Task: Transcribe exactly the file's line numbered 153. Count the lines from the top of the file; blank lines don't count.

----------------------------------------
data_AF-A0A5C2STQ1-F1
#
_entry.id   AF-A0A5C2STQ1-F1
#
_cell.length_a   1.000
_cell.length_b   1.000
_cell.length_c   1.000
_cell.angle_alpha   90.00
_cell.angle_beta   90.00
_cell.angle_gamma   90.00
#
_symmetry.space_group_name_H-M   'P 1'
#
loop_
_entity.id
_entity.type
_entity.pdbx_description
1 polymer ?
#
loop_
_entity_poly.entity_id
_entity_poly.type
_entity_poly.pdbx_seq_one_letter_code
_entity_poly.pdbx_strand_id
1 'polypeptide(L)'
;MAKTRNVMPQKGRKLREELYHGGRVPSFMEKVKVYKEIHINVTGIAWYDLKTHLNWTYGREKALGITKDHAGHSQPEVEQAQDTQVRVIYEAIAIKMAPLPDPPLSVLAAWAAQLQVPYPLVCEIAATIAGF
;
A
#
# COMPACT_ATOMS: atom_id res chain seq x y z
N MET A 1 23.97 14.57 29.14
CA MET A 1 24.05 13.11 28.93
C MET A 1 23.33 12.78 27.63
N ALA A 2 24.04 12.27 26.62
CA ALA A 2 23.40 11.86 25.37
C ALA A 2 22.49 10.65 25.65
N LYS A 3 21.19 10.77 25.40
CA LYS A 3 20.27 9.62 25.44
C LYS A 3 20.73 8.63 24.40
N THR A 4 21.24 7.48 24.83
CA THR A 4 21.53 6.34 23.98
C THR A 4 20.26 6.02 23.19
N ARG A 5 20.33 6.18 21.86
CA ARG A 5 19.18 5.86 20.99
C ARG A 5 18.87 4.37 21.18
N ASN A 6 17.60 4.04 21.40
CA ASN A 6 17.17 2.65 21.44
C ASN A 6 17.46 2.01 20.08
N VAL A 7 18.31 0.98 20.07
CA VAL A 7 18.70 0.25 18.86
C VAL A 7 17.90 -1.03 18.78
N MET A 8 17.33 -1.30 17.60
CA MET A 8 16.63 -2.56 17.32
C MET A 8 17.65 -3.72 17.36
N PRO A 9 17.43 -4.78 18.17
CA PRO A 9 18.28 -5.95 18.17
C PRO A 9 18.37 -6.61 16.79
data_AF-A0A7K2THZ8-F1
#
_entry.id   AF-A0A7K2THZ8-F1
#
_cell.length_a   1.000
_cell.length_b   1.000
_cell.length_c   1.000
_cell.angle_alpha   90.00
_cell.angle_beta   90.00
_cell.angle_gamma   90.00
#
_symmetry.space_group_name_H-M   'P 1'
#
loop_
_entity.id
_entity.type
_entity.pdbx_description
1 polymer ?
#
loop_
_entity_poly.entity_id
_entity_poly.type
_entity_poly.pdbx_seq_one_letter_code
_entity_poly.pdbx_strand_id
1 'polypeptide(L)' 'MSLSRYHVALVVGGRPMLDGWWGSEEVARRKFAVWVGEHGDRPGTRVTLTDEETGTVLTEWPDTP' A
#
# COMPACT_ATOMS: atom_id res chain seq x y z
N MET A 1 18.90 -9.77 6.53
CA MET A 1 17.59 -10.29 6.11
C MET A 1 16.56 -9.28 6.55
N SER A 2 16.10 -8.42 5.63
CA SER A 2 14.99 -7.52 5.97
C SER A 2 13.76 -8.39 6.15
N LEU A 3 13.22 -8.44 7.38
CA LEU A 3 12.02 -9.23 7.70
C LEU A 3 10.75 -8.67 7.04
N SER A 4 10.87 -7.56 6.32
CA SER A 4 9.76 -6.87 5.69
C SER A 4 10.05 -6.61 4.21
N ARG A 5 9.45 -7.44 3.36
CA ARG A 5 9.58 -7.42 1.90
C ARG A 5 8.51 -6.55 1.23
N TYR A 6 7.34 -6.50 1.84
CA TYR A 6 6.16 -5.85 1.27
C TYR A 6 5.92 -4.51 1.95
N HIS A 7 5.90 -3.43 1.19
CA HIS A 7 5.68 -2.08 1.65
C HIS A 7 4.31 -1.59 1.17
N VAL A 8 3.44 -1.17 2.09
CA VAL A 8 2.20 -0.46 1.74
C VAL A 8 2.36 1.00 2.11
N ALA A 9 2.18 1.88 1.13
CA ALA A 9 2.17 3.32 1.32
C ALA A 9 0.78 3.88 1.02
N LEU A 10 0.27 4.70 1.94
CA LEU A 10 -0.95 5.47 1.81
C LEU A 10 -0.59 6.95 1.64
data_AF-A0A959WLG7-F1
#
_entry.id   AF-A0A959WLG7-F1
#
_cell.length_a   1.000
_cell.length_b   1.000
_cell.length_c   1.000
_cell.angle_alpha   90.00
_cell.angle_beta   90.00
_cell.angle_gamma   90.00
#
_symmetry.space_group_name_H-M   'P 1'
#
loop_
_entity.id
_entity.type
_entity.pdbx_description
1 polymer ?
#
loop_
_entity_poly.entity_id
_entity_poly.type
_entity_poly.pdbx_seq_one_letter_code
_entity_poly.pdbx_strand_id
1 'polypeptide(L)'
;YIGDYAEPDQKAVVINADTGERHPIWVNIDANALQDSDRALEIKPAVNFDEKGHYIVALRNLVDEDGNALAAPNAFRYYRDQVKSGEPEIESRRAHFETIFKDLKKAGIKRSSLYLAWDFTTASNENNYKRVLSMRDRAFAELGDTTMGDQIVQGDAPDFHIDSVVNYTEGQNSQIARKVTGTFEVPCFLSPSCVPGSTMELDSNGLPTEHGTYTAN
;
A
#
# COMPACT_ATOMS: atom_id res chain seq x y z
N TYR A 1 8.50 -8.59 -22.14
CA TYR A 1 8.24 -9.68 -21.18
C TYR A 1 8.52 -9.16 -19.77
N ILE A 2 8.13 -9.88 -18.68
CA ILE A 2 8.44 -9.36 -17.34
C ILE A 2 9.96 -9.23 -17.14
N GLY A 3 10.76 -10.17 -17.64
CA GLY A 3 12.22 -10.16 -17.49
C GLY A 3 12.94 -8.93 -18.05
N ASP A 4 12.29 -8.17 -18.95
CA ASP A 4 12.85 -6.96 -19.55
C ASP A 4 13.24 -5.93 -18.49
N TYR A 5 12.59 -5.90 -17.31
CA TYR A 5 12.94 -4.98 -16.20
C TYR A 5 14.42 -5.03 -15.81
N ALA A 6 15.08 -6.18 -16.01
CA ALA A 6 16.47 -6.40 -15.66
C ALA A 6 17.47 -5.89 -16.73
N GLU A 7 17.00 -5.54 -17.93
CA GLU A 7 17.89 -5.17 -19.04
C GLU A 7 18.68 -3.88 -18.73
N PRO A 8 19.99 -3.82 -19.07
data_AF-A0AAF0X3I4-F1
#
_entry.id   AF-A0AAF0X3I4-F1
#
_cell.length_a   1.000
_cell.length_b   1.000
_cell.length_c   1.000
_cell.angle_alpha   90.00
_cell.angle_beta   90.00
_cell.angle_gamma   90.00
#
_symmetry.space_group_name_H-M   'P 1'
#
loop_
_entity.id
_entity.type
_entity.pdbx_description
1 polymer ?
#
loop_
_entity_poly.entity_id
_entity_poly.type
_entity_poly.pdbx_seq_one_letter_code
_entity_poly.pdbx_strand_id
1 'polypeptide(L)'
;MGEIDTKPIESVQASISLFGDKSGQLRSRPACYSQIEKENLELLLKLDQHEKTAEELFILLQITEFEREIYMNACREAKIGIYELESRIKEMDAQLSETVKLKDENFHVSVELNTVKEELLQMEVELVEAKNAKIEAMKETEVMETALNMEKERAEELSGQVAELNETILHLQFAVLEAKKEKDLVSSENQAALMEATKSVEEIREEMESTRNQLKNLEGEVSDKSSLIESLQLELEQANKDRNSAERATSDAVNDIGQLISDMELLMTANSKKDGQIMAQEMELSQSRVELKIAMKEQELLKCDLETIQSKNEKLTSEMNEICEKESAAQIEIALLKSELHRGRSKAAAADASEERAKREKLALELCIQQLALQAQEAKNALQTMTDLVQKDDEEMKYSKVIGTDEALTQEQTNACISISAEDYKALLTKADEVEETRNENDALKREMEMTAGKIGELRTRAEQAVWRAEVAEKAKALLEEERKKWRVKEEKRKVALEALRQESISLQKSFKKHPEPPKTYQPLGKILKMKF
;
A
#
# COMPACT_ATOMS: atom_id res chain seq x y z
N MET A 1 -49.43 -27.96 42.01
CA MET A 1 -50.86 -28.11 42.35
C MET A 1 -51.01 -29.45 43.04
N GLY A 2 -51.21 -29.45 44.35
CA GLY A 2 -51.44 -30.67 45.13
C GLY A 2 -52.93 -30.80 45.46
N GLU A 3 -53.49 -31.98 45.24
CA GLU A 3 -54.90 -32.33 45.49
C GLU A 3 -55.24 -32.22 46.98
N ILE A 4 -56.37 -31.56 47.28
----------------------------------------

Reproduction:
C GLY A 3 12.94 -8.93 -18.05